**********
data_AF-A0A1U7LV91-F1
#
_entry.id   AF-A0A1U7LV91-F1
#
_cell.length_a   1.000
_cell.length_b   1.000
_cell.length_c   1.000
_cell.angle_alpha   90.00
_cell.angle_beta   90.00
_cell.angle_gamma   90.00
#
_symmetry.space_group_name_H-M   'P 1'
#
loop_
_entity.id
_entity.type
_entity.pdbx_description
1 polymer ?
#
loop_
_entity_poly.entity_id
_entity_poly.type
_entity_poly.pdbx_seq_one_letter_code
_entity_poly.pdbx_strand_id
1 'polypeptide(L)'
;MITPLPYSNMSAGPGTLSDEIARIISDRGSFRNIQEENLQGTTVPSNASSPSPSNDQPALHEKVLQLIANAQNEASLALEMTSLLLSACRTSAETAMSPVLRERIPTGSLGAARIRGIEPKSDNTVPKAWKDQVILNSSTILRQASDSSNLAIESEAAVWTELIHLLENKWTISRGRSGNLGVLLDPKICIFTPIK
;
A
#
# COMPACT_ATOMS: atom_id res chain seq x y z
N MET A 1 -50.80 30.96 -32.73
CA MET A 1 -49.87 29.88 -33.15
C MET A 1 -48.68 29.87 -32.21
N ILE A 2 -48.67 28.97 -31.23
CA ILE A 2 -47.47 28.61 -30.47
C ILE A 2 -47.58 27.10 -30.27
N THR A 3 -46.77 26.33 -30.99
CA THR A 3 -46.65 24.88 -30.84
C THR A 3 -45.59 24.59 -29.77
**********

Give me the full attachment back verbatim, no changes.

data_AF-A0A1U7LV91-F1
#
_entry.id   AF-A0A1U7LV91-F1
#
_cell.length_a   1.000
_cell.length_b   1.000
_cell.length_c   1.000
_cell.angle_alpha   90.00
_cell.angle_beta   90.00
_cell.angle_gamma   90.00
#
_symmetry.space_group_name_H-M   'P 1'
#
loop_
_entity.id
_entity.type
_entity.pdbx_description
1 polymer ?
#
loop_
_entity_poly.entity_id
_entity_poly.type
_entity_poly.pdbx_seq_one_letter_code
_entity_poly.pdbx_strand_id
1 'polypeptide(L)'
;MITPLPYSNMSAGPGTLSDEIARIISDRGSFRNIQEENLQGTTVPSNASSPSPSNDQPALHEKVLQLIANAQNEASLALEMTSLLLSACRTSAETAMSPVLRERIPTGSLGAARIRGIEPKSDNTVPKAWKDQVILNSSTILRQASDSSNLAIESEAAVWTELIHLLENKWTISRGRSGNLGVLLDPKICIFTPIK
;
A
#
# COMPACT_ATOMS: atom_id res chain seq x y z
N MET A 1 -50.80 30.96 -32.73
CA MET A 1 -49.87 29.88 -33.15
C MET A 1 -48.68 29.87 -32.21
N ILE A 2 -48.67 28.97 -31.23
CA ILE A 2 -47.47 28.61 -30.47
C ILE A 2 -47.58 27.10 -30.27
N THR A 3 -46.77 26.33 -30.99
CA THR A 3 -46.65 24.88 -30.84
C THR A 3 -45.59 24.59 -29.77